• proposed an anti-terrorism strategy that would “freeze the bank accounts of countries that are funding terrorism”; 
  • stated that “a foreign policy based on diplomacy … and nonviolent support for democratic movements around the world” would permit America to “cut military spending by at least 50% and close 700+ foreign military bases”;
  • argued that Supreme Court Justices should aim to tilt the proverbial scales of power in favor of people who lack wealth and influence;
  • demanded that the Supreme Court recognize that “corporations are not people” – a reference to the 2010 Citizens United decision striking down a ban that had prevented corporations from funding the production of campaign ads for federal political candidates;
  • portrayed Voter ID laws as fundamentally “unconstitutional”;
  • called for permitting “simplified, safe, same-day voter registration”;[3]
  • said that the U.S. should “abolish the Electoral College and directly elect the President using a national popular vote”;
  • sought to roll back the 2013 Supreme Court ruling that had struck down, as anachronistic, a Voting Rights Act provision requiring mainly Southern states to undergo — based on the unfounded presumption of their continuing racist tendencies — special federal pre-clearance for any changes to state election policies;
  • called for the U.S. to “restore voting rights to [felony] offenders, including while [they are] in prison”;[4]
  • demanded that the IRS “rewrite the entire tax code to be truly progressive,” and to make “the rich pay their fair share of taxes”;
  • called for raising the estate tax (a.k.a. “death tax”) to “at least” 55% on inheritances over $3 million, and also raising U.S. corporate taxes, which were already the highest in the world;
  • sought to establish a federal minimum wage of $15 per hour, and to guarantee a minimum baseline income for every American, including those who, for whatever reason, do not work;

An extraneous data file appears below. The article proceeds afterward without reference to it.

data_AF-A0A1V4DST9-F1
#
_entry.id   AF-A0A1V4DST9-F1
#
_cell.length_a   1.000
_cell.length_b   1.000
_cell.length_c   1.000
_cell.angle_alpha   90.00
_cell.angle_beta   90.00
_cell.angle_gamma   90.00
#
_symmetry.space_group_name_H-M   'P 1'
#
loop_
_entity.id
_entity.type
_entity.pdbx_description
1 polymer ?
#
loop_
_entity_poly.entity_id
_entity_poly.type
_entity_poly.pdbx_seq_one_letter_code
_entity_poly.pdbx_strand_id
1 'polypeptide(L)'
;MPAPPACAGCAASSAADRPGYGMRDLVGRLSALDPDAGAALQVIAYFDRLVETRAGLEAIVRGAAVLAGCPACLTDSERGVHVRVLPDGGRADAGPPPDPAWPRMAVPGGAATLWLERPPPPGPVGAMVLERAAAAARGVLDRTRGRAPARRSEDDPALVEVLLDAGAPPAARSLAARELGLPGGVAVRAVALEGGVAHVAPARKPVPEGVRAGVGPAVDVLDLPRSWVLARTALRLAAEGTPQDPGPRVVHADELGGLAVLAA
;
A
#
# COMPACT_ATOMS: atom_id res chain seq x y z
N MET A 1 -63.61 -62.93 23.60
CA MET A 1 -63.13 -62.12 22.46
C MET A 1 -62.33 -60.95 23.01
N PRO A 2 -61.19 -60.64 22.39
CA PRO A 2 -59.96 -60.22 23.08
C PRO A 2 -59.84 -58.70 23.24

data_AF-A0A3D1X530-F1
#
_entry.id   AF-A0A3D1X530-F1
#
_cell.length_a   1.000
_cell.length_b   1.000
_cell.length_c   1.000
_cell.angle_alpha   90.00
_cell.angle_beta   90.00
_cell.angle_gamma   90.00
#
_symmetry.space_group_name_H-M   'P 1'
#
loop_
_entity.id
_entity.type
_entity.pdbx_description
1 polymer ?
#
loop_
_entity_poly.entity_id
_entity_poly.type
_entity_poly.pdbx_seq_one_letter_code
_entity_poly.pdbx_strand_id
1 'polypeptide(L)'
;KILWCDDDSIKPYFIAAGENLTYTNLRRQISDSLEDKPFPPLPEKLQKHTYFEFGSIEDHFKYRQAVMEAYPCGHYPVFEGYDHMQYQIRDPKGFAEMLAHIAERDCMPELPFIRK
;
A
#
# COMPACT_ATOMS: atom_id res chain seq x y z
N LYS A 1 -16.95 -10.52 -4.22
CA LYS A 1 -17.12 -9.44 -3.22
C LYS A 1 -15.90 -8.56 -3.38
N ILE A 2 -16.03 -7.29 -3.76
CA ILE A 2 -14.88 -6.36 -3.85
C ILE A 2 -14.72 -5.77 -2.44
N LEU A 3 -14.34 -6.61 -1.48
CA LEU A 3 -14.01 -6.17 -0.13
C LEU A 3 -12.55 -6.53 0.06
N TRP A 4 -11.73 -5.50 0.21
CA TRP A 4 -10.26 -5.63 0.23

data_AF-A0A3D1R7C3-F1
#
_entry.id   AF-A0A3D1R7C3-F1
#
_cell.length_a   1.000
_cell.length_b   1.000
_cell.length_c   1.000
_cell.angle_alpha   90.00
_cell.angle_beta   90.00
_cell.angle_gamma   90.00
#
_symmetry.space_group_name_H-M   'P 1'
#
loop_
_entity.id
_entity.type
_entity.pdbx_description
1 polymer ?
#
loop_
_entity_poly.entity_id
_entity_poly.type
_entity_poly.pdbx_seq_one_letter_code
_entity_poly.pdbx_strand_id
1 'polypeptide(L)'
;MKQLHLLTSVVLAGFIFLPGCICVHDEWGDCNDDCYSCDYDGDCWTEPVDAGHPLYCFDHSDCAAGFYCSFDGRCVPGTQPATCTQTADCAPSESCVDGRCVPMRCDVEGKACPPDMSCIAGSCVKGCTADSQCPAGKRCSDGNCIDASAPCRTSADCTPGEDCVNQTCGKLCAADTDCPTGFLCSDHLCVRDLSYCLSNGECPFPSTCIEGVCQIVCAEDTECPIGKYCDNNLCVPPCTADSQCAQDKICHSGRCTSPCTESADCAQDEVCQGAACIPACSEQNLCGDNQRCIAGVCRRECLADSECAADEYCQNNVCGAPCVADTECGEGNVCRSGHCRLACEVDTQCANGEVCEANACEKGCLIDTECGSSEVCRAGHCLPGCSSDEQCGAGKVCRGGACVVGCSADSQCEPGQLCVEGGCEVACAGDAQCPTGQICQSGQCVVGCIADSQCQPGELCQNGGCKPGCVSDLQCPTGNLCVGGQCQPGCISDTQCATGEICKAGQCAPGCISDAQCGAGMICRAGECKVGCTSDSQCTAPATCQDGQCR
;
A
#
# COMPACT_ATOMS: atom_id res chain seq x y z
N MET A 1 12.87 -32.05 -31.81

• demanded the expansion of “rental and home ownership assistance” for people with low incomes or poor credit, an idea bearing a noteworthy resemblance to the policies that had led to the housing crisis and financial meltdown of 2008;
  • pledged to double Social Security benefits to lift seniors out of poverty,” and vowed to keep the program “perfectly solvent” by making “the rich” pay “their fair share” of Social Security taxes;
  • condemned “the deadly school-to-prison pipeline,” a term connoting the allegedly common practice of using black students' behavioral problems as an excuse for pushing them out of the classroom and into the juvenile-justice system;[5]
  • opposed school voucher programs,[6] on grounds that they would siphon money away from public schools at a time when “the funding of education is clearly at a crisis point”;[7]
  • called for the use of taxpayer dollars to “guarantee tuition-free, world-class public education from pre-school through university”;
  • called on Congress to “end the Hyde Amendment,” a 1976 law that has traditionally prohibited federal funding for abortions, on grounds that it “denies a poor woman's right to an abortion”; 
  • demanded that all health insurance policies should include coverage for abortion services, which Stein defined as “a human right”;
  • rejected the notion that business owners who object to abortion on religious grounds should be exempted from having to offer their employees insurance plans that cover abortion services;[8]
  • urged voters to “support the Black Lives Matter Movement”;
  • lamented that “police brutality, mass incarceration and institutional racism” are ubiquitous in the criminal-justice system;